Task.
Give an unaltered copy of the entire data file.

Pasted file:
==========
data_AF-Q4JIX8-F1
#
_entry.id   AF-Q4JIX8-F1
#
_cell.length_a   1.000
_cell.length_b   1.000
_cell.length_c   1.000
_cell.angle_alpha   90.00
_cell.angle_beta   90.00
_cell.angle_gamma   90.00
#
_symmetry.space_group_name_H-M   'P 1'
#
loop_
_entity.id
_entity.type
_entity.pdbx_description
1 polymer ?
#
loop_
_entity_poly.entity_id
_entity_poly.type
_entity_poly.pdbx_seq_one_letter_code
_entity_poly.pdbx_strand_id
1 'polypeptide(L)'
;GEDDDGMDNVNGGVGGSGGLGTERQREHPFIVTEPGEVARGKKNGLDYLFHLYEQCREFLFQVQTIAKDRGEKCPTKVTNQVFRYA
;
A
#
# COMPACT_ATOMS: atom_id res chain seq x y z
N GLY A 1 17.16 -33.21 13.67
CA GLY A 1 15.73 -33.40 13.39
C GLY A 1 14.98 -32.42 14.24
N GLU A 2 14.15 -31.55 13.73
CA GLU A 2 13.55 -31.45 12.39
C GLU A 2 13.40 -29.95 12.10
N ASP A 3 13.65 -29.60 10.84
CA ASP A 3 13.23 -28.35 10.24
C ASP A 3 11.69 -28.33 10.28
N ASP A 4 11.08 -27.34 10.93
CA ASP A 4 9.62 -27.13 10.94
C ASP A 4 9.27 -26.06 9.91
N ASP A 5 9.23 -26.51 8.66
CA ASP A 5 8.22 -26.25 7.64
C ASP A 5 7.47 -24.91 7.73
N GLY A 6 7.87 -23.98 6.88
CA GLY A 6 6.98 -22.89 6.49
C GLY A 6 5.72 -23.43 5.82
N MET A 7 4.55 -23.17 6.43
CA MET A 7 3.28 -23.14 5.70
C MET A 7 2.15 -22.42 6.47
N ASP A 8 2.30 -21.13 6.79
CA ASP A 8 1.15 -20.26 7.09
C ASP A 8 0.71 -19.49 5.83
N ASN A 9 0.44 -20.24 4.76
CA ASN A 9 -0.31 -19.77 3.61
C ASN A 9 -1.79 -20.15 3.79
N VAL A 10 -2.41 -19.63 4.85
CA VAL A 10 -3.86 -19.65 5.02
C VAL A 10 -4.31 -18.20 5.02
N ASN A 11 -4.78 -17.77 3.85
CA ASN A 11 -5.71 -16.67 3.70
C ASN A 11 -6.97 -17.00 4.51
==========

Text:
data_AF-Q4JIX8-F1
#
_entry.id   AF-Q4JIX8-F1
#
_cell.length_a   1.000
_cell.length_b   1.000
_cell.length_c   1.000
_cell.angle_alpha   90.00
_cell.angle_beta   90.00
_cell.angle_gamma   90.00
#
_symmetry.space_group_name_H-M   'P 1'
#
loop_
_entity.id
_entity.type
_entity.pdbx_description
1 polymer ?
#
loop_
_entity_poly.entity_id
_entity_poly.type
_entity_poly.pdbx_seq_one_letter_code
_entity_poly.pdbx_strand_id
1 'polypeptide(L)'
;GEDDDGMDNVNGGVGGSGGLGTERQREHPFIVTEPGEVARGKKNGLDYLFHLYEQCREFLFQVQTIAKDRGEKCPTKVTNQVFRYA
;
A
#
# COMPACT_ATOMS: atom_id res chain seq x y z
N GLY A 1 17.16 -33.21 13.67
CA GLY A 1 15.73 -33.40 13.39
C GLY A 1 14.98 -32.42 14.24
N GLU A 2 14.15 -31.55 13.73
CA GLU A 2 13.55 -31.45 12.39
C GLU A 2 13.40 -29.95 12.10
N ASP A 3 13.65 -29.60 10.84
CA ASP A 3 13.23 -28.35 10.24
C ASP A 3 11.69 -28.33 10.28
N ASP A 4 11.08 -27.34 10.93
CA ASP A 4 9.62 -27.13 10.94
C ASP A 4 9.27 -26.06 9.91
N ASP A 5 9.23 -26.51 8.66
CA ASP A 5 8.22 -26.25 7.64
C ASP A 5 7.47 -24.91 7.73
N GLY A 6 7.87 -23.98 6.88
CA GLY A 6 6.98 -22.89 6.49
C GLY A 6 5.72 -23.43 5.82
N MET A 7 4.55 -23.17 6.43
CA MET A 7 3.28 -23.14 5.70
C MET A 7 2.15 -22.42 6.47
N ASP A 8 2.30 -21.13 6.79
CA ASP A 8 1.15 -20.26 7.09
C ASP A 8 0.71 -19.49 5.83
N ASN A 9 0.44 -20.24 4.76
CA ASN A 9 -0.31 -19.77 3.61
C ASN A 9 -1.79 -20.15 3.79
N VAL A 10 -2.41 -19.63 4.85
CA VAL A 10 -3.86 -19.65 5.02
C VAL A 10 -4.31 -18.20 5.02
N ASN A 11 -4.78 -17.77 3.85
CA ASN A 11 -5.71 -16.67 3.70
C ASN A 11 -6.97 -17.00 4.51